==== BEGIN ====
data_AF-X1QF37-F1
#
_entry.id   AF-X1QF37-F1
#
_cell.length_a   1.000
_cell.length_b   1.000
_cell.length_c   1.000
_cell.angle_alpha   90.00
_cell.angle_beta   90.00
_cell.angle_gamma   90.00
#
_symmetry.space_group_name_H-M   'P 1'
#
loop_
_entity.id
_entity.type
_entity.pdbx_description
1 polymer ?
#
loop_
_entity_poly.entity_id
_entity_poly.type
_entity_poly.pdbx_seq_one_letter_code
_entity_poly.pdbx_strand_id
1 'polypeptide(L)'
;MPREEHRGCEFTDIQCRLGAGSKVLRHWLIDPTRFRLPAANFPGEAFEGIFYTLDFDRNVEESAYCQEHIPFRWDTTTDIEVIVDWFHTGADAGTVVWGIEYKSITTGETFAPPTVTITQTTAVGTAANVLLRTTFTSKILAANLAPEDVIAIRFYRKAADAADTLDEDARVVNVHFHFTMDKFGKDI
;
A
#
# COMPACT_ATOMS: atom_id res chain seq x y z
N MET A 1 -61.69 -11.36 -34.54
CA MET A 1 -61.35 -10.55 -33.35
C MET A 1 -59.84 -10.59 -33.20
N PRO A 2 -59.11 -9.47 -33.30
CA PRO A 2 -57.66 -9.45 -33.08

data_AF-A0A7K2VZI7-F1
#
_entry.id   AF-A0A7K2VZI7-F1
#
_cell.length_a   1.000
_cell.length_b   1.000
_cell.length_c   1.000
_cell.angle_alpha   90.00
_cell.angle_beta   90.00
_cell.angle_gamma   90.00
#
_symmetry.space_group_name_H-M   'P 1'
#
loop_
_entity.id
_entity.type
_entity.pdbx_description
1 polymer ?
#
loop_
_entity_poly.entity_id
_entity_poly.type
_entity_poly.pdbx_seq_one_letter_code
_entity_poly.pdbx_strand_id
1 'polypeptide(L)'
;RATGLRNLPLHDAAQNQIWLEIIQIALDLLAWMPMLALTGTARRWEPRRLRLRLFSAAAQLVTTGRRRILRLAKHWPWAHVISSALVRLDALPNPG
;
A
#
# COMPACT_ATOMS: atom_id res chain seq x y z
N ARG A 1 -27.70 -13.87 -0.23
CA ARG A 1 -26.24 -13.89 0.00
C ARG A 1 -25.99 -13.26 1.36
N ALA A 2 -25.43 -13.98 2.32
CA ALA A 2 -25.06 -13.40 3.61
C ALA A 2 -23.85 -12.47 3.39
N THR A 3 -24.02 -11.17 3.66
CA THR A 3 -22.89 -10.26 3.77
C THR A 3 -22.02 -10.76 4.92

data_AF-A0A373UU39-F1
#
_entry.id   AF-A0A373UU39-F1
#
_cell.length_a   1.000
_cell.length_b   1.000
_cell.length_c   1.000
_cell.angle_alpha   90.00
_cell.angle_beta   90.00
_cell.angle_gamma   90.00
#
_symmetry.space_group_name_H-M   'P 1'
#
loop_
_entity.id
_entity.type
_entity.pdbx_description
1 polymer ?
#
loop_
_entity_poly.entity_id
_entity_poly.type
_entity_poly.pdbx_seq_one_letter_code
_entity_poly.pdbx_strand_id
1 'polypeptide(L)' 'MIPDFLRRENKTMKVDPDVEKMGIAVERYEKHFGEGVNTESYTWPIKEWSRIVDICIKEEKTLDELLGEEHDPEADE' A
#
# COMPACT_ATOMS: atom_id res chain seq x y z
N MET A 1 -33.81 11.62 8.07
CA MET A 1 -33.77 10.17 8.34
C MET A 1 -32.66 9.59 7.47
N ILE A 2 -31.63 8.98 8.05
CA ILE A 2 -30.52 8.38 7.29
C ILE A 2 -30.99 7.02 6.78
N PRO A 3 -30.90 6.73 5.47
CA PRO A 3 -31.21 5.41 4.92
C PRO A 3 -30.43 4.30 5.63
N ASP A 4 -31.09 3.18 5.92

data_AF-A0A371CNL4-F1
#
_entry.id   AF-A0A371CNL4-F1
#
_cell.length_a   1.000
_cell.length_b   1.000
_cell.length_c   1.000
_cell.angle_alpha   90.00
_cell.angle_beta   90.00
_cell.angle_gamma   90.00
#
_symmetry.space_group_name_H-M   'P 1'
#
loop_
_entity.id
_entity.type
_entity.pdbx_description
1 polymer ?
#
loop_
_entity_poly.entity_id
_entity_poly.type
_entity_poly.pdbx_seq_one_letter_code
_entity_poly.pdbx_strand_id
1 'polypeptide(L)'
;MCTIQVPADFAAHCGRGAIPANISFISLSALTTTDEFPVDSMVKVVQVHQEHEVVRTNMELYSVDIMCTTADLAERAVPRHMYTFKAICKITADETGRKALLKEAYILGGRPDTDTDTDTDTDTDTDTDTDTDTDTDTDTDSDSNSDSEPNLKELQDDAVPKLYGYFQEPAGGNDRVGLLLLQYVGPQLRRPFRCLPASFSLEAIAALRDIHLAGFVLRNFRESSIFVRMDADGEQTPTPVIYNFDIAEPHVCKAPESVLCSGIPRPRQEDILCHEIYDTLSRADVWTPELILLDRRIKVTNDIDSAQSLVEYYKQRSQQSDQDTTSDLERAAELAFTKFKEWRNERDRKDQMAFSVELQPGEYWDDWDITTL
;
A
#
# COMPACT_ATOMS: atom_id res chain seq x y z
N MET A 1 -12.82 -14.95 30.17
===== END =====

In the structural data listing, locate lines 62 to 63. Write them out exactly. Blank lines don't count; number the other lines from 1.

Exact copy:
;
A